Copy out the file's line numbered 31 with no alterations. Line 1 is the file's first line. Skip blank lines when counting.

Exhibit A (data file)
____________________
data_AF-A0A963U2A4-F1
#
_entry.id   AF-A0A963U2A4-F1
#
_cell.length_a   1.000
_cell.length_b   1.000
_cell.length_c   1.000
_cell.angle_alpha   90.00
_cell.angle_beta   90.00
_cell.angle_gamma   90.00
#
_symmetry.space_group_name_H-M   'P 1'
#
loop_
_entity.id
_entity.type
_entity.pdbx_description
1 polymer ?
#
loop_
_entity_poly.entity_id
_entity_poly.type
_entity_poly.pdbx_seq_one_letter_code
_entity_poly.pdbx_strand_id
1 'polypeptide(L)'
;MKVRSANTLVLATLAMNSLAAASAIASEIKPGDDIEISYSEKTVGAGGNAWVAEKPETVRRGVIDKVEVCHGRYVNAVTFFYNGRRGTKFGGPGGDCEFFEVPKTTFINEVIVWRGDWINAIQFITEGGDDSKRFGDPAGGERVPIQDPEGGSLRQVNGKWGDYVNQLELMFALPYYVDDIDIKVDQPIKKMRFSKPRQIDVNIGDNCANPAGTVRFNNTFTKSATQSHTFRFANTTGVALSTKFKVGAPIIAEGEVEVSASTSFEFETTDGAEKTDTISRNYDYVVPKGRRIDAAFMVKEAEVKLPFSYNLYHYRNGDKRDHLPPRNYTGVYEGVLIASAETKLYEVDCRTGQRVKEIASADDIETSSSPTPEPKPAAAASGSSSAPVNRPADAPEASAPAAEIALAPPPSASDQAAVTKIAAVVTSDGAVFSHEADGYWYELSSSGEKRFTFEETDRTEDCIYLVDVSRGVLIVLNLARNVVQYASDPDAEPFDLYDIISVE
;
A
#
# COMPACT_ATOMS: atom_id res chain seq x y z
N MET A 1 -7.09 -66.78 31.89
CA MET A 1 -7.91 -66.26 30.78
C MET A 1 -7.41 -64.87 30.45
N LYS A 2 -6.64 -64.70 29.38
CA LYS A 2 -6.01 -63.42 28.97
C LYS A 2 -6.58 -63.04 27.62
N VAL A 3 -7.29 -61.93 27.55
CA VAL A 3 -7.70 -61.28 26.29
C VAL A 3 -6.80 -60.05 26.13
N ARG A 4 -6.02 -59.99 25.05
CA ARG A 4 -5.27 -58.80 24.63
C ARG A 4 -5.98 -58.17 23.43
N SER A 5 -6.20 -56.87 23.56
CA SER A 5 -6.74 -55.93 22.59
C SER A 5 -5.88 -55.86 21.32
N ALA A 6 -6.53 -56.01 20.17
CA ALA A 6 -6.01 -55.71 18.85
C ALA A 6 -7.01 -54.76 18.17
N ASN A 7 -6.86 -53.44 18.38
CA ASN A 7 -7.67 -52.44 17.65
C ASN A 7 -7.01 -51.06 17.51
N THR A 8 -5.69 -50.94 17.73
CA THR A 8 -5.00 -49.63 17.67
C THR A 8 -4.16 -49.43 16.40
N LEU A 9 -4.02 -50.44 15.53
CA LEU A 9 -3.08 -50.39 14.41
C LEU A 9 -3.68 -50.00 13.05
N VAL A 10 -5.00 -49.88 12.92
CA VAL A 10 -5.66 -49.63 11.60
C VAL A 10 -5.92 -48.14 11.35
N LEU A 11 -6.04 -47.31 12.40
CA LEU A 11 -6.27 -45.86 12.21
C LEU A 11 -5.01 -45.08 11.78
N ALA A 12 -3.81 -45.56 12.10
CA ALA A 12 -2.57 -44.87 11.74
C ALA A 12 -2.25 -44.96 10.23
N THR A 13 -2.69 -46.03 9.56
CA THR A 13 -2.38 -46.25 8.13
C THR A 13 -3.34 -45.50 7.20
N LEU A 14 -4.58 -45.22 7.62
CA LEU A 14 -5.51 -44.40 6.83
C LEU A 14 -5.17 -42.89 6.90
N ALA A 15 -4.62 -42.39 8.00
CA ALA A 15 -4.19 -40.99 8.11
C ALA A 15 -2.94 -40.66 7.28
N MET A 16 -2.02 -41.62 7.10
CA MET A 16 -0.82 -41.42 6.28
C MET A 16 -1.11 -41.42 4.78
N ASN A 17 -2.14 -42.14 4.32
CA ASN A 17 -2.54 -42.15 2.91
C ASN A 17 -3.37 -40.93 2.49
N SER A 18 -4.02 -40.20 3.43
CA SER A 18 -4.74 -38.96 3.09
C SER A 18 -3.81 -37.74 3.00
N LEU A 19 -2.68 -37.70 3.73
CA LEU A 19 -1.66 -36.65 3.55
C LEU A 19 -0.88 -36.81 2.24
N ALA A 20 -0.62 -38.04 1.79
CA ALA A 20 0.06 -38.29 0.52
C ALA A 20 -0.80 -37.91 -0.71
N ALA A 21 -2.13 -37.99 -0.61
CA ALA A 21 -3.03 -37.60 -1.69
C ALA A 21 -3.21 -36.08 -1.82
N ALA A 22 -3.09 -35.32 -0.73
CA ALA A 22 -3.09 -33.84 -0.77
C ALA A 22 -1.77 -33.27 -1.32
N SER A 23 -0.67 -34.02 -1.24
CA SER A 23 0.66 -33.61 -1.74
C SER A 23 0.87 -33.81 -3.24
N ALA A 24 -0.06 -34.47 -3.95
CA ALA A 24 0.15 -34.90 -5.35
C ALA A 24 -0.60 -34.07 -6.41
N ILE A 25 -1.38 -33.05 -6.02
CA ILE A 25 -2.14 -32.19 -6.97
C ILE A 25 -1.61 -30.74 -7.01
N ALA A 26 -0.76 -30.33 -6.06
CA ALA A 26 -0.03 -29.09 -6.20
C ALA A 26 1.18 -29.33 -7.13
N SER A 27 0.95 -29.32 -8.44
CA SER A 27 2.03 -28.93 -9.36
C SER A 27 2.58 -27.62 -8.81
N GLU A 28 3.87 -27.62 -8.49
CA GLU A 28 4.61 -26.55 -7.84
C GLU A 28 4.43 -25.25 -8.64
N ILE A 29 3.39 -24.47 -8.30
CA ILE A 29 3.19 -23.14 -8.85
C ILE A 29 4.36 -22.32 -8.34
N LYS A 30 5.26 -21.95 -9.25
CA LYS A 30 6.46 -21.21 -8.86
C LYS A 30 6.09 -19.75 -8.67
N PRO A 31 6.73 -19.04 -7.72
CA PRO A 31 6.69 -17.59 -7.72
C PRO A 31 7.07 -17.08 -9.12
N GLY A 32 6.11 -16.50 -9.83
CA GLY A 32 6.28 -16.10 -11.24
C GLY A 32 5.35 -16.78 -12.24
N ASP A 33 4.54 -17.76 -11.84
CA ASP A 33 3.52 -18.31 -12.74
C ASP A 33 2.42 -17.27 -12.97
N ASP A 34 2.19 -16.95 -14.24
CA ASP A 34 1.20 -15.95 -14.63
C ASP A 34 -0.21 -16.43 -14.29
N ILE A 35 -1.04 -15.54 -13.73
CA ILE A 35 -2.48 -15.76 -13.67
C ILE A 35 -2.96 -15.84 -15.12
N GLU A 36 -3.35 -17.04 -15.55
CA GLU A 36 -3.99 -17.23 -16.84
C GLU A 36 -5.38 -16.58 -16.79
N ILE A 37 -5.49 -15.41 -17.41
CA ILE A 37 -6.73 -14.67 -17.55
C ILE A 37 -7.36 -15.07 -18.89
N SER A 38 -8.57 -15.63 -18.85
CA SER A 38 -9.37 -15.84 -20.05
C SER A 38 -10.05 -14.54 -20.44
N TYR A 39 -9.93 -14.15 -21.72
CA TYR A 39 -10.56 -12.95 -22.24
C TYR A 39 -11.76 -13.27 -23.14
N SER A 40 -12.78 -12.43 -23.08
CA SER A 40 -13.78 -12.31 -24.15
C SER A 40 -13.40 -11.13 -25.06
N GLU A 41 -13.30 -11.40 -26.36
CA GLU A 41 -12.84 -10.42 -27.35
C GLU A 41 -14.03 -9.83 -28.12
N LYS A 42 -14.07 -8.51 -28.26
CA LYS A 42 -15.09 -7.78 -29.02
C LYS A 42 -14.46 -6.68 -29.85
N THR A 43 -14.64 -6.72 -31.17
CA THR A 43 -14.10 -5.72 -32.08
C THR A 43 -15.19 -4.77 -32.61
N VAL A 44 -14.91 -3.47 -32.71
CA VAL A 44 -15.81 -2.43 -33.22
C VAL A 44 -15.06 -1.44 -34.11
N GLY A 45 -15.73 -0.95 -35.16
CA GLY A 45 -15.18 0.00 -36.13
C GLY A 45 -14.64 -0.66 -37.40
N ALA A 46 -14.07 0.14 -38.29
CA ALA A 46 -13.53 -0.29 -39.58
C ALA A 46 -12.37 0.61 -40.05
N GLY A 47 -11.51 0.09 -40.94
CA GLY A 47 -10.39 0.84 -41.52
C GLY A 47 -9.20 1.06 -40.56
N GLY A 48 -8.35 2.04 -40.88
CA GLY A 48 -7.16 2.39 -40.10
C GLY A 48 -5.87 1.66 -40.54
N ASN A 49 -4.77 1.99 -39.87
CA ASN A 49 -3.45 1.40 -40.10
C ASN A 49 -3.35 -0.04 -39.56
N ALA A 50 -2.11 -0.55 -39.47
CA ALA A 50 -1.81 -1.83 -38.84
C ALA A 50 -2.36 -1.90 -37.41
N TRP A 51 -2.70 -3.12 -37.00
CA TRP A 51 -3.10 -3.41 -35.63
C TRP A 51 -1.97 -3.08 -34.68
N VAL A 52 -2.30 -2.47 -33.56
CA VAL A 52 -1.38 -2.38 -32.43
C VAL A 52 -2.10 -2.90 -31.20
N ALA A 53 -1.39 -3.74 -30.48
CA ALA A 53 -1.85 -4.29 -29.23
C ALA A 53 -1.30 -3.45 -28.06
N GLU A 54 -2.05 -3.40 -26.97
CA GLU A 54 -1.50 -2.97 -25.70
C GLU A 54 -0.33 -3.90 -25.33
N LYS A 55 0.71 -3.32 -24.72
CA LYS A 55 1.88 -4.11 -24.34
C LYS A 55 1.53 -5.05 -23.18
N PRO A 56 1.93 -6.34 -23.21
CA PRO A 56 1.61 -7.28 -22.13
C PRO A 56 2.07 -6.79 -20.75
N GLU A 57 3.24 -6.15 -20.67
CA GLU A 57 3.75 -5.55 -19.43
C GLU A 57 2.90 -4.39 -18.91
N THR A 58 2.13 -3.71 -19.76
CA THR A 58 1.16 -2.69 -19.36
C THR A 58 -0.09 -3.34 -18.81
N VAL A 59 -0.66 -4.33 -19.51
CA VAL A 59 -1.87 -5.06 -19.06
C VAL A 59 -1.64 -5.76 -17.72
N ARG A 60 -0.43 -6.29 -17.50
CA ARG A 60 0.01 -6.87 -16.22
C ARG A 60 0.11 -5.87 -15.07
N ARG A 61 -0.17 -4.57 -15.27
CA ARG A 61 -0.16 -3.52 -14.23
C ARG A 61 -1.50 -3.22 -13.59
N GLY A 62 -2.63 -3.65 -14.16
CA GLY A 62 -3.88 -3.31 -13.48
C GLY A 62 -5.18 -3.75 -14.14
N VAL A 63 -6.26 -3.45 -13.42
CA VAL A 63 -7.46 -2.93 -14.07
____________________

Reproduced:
N MET A 1 -7.09 -66.78 31.89